PAUL LEWIS / WASHINGTON DC
Fatigue testing under way, but schedule depends on Honeywell completing software
Embraer has passed 1,000h of flight testing the 170 regional airliner following the flight of the sixth and final development aircraft. The company is on course to certificate the 70-seater in June, with initial deliveries to Swiss and Alitalia due by the end of August.
Cold soak testing of development aircraft 05 was recently completed at Fairbanks in Alaska, where it was subjected to temperatures of around –30°C (-22°F). Aircraft 06 flew for the first time in December and is being prepared for flutter trials and cabin interior testing following the completion of static high-intensity radiated field trials and lightning tests.
A critical factor for the programme, however, is software, which Honeywell has been slow to complete. "We keep receiving incremental loads, but we've still not got the final one yet. What we do have is much more complete and debugged," says Luis Carlos Affonso, 170 programme manager. Fatigue testing started in February with the aim of reaching 5,000h by the time aircraft is certificated.
Other work still to be completed includes functionality and reliability testing, which is scheduled to begin in March and will involve flying simulated airline operations over 1.5h legs for up to 11h a day. Testing of the 170's fly-by-wire system is also under way, including validation of the aircraft angle-of-attack protection system designed to limit maximum nose-up pitch.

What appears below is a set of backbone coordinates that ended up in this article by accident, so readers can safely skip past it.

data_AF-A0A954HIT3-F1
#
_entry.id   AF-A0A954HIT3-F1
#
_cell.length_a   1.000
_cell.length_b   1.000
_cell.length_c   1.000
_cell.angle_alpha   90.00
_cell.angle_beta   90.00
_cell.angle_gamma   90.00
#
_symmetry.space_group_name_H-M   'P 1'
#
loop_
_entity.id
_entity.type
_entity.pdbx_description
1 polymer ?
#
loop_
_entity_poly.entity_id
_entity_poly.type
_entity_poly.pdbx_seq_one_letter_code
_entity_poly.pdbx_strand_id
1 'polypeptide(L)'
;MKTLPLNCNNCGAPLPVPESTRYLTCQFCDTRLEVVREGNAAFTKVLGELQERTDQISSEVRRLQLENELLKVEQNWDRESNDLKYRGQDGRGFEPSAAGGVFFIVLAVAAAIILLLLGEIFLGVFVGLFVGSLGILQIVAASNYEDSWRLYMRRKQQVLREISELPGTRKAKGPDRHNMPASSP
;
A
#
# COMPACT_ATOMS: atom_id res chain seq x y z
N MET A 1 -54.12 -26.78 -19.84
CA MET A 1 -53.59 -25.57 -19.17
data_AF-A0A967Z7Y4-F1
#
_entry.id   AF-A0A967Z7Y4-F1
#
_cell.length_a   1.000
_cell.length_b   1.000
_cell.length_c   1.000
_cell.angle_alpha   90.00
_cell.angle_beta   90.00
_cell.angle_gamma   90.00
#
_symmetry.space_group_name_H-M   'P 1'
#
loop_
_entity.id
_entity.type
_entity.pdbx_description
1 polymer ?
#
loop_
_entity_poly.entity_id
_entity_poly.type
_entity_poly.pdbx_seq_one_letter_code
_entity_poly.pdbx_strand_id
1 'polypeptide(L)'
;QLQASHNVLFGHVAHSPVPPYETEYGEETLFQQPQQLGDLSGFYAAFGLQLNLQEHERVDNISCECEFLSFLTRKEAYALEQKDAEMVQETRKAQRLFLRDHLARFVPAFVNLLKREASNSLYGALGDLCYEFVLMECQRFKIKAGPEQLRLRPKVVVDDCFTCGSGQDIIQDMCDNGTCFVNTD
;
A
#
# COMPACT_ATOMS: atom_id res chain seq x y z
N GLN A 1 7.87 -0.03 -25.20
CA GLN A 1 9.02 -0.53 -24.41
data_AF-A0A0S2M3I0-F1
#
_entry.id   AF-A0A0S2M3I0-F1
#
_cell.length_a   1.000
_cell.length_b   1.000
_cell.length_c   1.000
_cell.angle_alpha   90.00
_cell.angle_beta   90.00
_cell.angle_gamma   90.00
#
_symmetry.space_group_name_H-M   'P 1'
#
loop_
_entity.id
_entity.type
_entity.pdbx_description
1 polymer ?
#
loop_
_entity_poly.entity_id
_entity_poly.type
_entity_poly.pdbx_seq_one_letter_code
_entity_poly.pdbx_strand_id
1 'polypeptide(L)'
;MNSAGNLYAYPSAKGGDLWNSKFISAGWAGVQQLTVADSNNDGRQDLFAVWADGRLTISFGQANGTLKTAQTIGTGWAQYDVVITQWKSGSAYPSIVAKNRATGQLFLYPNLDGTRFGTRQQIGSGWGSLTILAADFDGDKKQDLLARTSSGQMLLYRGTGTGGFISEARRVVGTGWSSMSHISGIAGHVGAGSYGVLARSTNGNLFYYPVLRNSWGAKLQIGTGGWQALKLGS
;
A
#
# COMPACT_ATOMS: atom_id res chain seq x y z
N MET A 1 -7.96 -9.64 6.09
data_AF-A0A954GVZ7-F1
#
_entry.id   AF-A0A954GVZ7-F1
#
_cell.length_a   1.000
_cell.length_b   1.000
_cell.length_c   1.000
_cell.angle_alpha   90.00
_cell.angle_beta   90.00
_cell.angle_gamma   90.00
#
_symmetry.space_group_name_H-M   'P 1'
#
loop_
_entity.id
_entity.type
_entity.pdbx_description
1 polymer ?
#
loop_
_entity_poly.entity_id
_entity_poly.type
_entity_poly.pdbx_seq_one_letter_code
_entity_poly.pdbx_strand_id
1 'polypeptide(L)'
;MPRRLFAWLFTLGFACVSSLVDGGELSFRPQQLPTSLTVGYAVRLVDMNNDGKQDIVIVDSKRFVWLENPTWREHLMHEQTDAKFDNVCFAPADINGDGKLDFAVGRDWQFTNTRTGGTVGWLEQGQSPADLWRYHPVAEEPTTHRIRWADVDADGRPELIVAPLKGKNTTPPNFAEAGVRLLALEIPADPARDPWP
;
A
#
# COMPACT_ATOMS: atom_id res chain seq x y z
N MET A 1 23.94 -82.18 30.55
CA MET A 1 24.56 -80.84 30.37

Aircraft 01 is due to fly to Canada and the USA in March for icing trials, involving checking for the effects of different shapes of ice and flight-handling qualities. The company has begun windtunnel testing of a ventral air brake, which Swiss wants fitted to its fleet of 170s for steep angles of approach into London City Airport. "We're checking for trim changes when deployed and haven't seen any problems with that," says Affonso.
An air brake has already been fitted to aircraft 03, but it will not be fully flight tested or certificated until a year after type approval. Embraer in the meantime plans to deliver aircraft equipped with the system to Swiss. These will be locked until certificated. Other post-certification work will include clearing the aircraft for Category 2 and eventually Category 3 all-weather operations.Embraer has reduced its regional jet delivery targets for 2003 and 2004 after ExpressJet deferred delivery of 27 ERJ-145XRs, citing uncertain economic conditions. The manufacturer will now deliver 135 aircraft this year, down from 148, and 148 next year, down from 155. The order deferral is the first by a major US regional jet operator. ExpressJet, which operates as Continental Express, has not cancelled any of the 78 ERJ-145XRs remaining on firm order. Instead, the carrier will take 36 aircraft this year instead of 48, and 21 instead of 36 in 2004. Deliveries in 2005 will increase to 21, from two, and the final eight aircraft will now be handed over in 2006.
Source: Flight International